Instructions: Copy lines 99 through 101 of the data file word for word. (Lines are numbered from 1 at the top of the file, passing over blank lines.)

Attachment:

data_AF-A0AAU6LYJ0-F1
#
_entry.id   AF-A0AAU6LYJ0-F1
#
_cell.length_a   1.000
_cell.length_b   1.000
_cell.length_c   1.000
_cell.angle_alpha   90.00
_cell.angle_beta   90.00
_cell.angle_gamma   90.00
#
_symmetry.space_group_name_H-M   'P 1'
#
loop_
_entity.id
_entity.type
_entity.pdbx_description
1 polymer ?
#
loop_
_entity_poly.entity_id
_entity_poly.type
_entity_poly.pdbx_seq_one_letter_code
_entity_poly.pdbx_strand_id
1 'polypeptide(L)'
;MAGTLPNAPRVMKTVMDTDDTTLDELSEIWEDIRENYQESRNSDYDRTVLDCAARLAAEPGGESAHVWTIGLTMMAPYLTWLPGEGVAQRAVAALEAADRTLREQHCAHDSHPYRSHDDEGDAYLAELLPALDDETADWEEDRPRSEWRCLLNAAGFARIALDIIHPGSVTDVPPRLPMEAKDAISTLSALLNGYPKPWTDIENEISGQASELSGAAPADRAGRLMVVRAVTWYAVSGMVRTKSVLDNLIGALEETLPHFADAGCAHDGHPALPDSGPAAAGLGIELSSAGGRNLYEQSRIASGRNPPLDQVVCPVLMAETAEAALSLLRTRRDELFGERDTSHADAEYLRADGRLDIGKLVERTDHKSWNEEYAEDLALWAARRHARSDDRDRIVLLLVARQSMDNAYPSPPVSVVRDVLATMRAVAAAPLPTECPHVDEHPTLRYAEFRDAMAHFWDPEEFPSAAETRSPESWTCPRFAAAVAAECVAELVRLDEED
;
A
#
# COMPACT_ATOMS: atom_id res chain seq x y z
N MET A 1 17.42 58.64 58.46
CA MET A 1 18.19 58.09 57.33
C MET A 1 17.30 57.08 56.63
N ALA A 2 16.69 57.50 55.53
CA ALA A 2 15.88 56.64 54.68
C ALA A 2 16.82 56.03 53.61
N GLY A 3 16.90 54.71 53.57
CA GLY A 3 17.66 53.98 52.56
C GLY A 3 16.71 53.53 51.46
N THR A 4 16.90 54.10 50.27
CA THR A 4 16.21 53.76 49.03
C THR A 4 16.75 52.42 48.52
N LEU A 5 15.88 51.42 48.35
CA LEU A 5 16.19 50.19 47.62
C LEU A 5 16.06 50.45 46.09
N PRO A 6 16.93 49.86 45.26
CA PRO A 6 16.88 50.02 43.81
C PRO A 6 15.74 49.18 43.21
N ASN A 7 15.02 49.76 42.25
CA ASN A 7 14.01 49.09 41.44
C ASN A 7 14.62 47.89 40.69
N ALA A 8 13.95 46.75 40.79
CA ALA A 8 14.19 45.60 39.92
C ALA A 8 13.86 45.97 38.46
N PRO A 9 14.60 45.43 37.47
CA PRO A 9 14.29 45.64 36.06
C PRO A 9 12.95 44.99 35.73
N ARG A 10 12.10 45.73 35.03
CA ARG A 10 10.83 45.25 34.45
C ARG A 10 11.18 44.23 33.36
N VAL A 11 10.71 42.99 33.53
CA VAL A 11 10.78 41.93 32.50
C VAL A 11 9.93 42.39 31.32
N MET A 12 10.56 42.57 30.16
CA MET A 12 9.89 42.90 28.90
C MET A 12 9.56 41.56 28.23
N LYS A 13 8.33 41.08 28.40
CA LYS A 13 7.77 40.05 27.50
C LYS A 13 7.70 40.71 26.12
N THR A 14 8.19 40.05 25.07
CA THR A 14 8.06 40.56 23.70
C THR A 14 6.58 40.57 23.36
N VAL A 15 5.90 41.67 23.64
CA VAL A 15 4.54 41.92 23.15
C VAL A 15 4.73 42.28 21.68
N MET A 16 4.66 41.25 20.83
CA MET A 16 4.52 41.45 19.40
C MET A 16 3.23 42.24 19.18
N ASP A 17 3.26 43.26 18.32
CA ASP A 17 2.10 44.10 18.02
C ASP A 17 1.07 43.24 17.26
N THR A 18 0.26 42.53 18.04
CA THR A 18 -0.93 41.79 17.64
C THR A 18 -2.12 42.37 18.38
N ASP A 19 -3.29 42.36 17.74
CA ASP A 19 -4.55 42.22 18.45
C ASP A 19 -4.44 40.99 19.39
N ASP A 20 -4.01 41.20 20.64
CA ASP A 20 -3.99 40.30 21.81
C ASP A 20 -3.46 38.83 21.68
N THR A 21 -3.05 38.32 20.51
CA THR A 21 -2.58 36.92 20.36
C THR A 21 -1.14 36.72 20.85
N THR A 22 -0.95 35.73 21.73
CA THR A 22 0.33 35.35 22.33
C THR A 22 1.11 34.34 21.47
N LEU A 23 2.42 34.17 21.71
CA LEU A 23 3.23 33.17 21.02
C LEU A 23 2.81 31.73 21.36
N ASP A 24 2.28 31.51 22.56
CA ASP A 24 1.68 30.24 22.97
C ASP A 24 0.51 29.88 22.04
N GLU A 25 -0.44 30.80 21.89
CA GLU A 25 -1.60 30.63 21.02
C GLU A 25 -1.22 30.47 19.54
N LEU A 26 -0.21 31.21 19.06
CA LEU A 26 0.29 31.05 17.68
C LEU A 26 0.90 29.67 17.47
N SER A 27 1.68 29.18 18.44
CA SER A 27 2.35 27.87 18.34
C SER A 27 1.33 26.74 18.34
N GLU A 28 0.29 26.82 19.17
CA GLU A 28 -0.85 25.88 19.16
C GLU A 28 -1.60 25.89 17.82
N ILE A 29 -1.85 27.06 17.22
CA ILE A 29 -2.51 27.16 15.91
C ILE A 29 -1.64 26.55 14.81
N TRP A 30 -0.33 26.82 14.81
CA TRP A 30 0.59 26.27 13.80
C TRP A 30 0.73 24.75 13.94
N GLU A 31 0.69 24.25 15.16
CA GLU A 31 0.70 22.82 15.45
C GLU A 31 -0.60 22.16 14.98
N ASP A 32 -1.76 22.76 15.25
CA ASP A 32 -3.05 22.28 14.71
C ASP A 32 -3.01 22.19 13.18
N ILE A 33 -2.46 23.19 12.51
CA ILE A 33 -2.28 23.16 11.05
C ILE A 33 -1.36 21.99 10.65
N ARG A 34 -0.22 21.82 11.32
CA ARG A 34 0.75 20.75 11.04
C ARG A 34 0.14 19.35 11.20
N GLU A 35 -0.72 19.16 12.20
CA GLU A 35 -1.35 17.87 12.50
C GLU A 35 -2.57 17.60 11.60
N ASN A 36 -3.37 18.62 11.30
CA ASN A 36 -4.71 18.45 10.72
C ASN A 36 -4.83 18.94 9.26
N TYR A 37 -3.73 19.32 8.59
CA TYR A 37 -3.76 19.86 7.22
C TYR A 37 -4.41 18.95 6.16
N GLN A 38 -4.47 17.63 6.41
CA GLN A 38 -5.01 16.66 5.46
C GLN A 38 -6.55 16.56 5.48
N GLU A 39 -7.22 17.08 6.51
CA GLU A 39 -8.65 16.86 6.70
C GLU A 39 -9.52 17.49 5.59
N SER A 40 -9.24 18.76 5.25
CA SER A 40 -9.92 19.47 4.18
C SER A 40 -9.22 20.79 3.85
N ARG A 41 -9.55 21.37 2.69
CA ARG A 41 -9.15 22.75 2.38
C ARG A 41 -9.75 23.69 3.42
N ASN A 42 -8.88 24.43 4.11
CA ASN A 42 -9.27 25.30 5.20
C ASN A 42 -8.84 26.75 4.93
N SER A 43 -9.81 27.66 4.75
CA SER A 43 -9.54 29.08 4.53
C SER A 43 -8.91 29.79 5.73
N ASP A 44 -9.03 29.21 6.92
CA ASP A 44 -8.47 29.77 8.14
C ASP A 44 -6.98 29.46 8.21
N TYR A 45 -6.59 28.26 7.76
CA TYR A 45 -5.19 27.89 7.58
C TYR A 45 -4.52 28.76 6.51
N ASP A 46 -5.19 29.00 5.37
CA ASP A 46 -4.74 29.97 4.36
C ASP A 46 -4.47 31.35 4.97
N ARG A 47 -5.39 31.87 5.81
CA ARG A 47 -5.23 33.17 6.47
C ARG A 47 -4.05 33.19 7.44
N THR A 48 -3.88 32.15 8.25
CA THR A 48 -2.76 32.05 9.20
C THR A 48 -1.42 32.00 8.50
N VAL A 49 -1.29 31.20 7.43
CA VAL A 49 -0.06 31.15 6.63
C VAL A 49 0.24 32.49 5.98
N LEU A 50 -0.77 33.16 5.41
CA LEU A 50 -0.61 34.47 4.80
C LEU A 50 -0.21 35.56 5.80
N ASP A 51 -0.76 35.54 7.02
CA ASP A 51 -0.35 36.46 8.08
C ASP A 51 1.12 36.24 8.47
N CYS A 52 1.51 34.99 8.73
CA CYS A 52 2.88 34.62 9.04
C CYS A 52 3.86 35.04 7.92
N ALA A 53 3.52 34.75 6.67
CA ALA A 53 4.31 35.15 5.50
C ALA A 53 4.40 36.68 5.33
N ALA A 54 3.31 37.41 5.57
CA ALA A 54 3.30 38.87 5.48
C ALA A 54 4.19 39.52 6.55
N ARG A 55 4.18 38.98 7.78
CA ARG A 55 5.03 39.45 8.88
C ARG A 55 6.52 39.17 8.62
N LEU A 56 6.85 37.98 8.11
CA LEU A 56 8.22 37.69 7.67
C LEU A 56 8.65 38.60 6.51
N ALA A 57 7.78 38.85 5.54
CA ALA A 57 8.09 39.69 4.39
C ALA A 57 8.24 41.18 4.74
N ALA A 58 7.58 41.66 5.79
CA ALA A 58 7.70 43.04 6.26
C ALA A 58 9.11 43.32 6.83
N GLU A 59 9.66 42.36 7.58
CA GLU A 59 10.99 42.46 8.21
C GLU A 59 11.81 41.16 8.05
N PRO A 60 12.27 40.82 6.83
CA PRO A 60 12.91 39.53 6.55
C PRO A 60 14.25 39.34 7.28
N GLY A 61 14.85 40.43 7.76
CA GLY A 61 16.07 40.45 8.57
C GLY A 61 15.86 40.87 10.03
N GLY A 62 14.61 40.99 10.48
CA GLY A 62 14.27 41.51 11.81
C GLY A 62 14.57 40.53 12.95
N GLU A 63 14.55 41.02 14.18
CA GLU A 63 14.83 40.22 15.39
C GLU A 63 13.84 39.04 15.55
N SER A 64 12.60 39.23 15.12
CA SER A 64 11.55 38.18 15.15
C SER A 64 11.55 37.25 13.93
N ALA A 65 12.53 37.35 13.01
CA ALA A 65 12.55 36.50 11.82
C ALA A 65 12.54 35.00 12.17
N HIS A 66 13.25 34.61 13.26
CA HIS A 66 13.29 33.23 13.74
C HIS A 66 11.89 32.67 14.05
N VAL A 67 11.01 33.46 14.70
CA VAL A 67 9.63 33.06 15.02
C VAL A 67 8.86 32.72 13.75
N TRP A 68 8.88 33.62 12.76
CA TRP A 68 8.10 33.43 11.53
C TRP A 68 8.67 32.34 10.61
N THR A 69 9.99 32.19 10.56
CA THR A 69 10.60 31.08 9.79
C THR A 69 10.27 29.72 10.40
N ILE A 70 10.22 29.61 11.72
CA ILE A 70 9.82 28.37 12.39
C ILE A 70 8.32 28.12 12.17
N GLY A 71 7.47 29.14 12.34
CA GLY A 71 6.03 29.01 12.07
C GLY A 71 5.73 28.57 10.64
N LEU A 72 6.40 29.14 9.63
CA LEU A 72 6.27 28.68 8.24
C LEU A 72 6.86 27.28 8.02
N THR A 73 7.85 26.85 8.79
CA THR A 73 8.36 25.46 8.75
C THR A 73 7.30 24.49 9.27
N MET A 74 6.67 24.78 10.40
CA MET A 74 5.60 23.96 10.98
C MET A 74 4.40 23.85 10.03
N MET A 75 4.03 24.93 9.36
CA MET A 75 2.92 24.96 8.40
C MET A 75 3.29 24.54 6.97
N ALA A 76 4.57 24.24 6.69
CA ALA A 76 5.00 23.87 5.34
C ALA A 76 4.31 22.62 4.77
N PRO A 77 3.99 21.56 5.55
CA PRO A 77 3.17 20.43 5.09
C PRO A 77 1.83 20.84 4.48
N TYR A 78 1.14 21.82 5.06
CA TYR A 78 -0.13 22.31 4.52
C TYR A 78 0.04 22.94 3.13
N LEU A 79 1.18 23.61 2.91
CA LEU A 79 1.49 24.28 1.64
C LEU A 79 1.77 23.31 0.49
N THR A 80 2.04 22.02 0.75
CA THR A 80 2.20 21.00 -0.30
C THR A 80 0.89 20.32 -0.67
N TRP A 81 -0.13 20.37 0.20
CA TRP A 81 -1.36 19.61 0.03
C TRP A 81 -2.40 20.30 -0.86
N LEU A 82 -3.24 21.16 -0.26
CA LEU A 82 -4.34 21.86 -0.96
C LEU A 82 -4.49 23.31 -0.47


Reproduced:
C LEU A 23 2.81 31.73 21.36
N ASP A 24 2.28 31.51 22.56
CA ASP A 24 1.68 30.24 22.97